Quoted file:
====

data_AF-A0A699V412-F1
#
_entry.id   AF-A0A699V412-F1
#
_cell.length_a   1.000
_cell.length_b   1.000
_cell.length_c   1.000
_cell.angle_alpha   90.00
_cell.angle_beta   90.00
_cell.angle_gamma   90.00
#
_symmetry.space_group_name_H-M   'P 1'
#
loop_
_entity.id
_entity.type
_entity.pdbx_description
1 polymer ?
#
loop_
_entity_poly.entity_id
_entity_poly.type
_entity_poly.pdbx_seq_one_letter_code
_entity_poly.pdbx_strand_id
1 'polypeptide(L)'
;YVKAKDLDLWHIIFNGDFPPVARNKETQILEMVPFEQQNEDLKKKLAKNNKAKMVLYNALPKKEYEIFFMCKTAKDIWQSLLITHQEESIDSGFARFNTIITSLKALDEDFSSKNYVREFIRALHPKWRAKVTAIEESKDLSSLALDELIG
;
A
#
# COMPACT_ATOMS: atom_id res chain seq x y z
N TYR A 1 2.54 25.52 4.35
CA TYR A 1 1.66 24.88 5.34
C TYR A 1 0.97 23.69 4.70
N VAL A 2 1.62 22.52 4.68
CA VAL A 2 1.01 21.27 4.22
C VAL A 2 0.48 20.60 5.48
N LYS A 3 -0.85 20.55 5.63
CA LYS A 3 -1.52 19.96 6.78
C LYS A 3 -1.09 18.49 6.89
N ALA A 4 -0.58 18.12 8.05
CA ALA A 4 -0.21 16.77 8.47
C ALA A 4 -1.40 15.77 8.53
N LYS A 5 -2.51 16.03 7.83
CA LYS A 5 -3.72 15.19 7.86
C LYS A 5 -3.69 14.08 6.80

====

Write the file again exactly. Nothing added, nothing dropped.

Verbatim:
data_AF-A0A699V412-F1
#
_entry.id   AF-A0A699V412-F1
#
_cell.length_a   1.000
_cell.length_b   1.000
_cell.length_c   1.000
_cell.angle_alpha   90.00
_cell.angle_beta   90.00
_cell.angle_gamma   90.00
#
_symmetry.space_group_name_H-M   'P 1'
#
loop_
_entity.id
_entity.type
_entity.pdbx_description
1 polymer ?
#
loop_
_entity_poly.entity_id
_entity_poly.type
_entity_poly.pdbx_seq_one_letter_code
_entity_poly.pdbx_strand_id
1 'polypeptide(L)'
;YVKAKDLDLWHIIFNGDFPPVARNKETQILEMVPFEQQNEDLKKKLAKNNKAKMVLYNALPKKEYEIFFMCKTAKDIWQSLLITHQEESIDSGFARFNTIITSLKALDEDFSSKNYVREFIRALHPKWRAKVTAIEESKDLSSLALDELIG
;
A
#
# COMPACT_ATOMS: atom_id res chain seq x y z
N TYR A 1 2.54 25.52 4.35
CA TYR A 1 1.66 24.88 5.34
C TYR A 1 0.97 23.69 4.70
N VAL A 2 1.62 22.52 4.68
CA VAL A 2 1.01 21.27 4.22
C VAL A 2 0.48 20.60 5.48
N LYS A 3 -0.85 20.55 5.63
CA LYS A 3 -1.52 19.96 6.78
C LYS A 3 -1.09 18.49 6.89
N ALA A 4 -0.58 18.12 8.05
CA ALA A 4 -0.21 16.77 8.47
C ALA A 4 -1.40 15.77 8.53
N LYS A 5 -2.51 16.03 7.83
CA LYS A 5 -3.72 15.19 7.86
C LYS A 5 -3.69 14.08 6.80